The second floor consists of a small hallway from the stairs leading to a single large chamber that has a series of small windows facing trackside. To the left of the bay window is an opened and curved covered porch that adjoins a porte-cochere to the rear of the building. It was probably once used as a carriage entry and exit point. When the depot was first built there was a raised platform in the Freight and Baggage Room which occupied about half the room next to the large freight door. Another platform of equal height joined this same wall on the exterior of the building. Both were used for the handling of freight and baggage. The exterior platform no longer exists but it is shown in the drawings.

The chimney, like the exterior walls, is of stone and the roof peak joints are covered with a galvanized iron projection. All windows on the first floor are set in deep casements and entry doors are crowned with an arched design.

The Chesapeake & Ohio Railroad still staffs the Kingsville depot with a part-time agent. The former waiting room is now used as a storeroom and kitchenette for the maintenance-of-way crews.

Article courtesy of the Mainline Modeler April 1990
Text Credit: Julian Cavalier
Drawings made expressly for Mainline Modeler. Copies of these drawings may be made for noncommercial use only.


The depot slowly fell into disrepair in the 80’s with its abandonment. The timeless images below were taken from 1972 to 2003 and reflect on the station’s many years of neglect. Through tireless efforts and what seemed like constant delays, the citizens of Kingsville prevailed in keeping this exquisite piece of railroad architecture preserved for future generations. After full restoration, the depot now houses a beautiful Mediterranean-style restaurant, Mettawas Station.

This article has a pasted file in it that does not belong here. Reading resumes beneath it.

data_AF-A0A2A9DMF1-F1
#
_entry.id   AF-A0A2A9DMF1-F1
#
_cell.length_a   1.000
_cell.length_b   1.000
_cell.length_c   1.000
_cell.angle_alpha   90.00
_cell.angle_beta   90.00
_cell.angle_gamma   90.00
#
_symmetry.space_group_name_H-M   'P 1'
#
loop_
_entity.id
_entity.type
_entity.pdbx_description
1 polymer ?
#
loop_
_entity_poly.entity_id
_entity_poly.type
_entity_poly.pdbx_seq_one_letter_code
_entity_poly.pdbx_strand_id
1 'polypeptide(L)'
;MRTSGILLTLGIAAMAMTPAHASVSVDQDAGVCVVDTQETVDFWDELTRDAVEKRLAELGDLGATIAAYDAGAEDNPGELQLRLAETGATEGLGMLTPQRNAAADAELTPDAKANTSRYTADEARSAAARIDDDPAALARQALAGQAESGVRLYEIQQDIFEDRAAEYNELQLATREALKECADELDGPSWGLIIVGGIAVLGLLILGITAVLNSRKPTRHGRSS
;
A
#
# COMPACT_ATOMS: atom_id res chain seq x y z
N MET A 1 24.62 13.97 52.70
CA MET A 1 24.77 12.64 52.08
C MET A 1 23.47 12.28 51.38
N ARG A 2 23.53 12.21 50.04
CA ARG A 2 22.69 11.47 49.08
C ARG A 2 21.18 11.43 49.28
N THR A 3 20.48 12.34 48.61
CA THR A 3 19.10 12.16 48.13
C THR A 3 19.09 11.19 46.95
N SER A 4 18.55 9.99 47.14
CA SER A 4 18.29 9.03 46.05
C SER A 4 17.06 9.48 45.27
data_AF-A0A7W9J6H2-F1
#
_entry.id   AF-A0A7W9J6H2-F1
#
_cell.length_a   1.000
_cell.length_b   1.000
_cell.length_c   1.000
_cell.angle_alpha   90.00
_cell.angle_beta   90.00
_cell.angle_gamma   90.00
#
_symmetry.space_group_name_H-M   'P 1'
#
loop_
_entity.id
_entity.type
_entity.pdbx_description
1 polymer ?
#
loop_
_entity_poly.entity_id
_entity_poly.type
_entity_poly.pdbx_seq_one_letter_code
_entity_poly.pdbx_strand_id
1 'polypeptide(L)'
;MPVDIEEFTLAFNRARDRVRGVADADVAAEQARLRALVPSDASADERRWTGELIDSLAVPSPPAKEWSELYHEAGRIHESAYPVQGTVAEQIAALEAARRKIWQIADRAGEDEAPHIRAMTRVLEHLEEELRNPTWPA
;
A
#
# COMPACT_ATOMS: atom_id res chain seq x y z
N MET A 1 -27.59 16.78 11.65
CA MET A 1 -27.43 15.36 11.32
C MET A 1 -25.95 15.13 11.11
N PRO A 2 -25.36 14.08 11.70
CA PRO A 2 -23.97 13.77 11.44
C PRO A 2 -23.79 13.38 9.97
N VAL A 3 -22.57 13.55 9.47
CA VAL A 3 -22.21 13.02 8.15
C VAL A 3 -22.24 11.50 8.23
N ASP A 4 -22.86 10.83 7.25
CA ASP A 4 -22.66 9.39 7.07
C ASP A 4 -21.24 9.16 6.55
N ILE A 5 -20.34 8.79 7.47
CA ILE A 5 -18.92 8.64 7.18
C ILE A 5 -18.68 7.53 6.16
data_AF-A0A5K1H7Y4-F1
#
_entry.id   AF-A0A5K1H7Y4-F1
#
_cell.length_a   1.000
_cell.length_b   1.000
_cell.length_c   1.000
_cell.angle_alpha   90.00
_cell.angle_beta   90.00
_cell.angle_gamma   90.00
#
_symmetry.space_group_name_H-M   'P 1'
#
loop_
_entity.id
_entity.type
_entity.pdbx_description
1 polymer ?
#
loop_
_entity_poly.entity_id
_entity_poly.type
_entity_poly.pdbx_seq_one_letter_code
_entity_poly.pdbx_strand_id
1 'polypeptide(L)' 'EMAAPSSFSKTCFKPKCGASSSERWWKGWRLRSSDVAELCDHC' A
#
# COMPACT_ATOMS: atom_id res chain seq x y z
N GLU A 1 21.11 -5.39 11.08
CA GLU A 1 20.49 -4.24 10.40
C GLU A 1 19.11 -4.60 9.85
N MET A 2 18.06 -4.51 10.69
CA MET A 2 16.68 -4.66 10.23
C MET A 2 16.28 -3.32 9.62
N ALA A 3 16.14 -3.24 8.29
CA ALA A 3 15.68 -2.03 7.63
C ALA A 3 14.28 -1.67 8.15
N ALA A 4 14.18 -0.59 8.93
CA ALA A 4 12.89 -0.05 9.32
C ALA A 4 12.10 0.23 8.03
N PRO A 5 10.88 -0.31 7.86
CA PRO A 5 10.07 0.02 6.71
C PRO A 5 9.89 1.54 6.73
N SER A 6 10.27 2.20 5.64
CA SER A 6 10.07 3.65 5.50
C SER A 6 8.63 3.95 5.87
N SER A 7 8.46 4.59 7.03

Rock on Trains © 2020, Tom Rock + T.D.R. Productions. All rights reserved. Unauthorized use and/or duplication of this material without express and written permission from Tom Rock is strictly prohibited.

Depot Doings: Montville, CT / Kittitas, WA / Wallace, NY / St. Matthews, SC / Davenport, IA / Danbury, CT

Hope you enjoy this month’s mix of restored depot photos courtesy of GodFatherRails:


Rock on Trains © 2020, Tom Rock + T.D.R. Productions. All rights reserved. Unauthorized use and/or duplication of this material without express and written permission from Tom Rock is strictly prohibited.

Depot Doings: Oliver Springs, TN / Bryson City, NC / Decherd, TN / Chatsworth, GA

Featured Southern Railway depots this month are Oliver Springs, Tennessee (1980), and Bryson City, North Carolina (1978). The Oliver Springs and Bryson City depots have been restored. The Oliver Springs depot houses the Oliver Springs Historical Society, and the Bryson City depot houses the Great Smoky Mountain Railway excursions.

Featured Louisville & Nashville (L&N) Railway depots are Decherd, Tennessee (1978), and Chatsworth, Georgia (1980). The Decherd depot has been removed from service, and the Chatsworth depot was relocated and restored in 1990. It currently houses a museum of railroad and talc industry memorabilia.

Southern Railway Depot: Oliver Springs, TN – 1980 (Credit: Tom Rock)

Southern Railway Depot: Bryson City, NC – 1978 (Credit: Tom Rock)

L&N Railway Depot: Decherd, TN – 1978 (Credit: Tom Rock)

L&N Railway Depot: Chatsworth, GA – 1980 (Credit: Tom Rock)


Rock on Trains © 2020, Tom Rock + T.D.R. Productions.  All rights reserved.  Unauthorized use and/or duplication of this material without express and written permission from Tom Rock is strictly prohibited.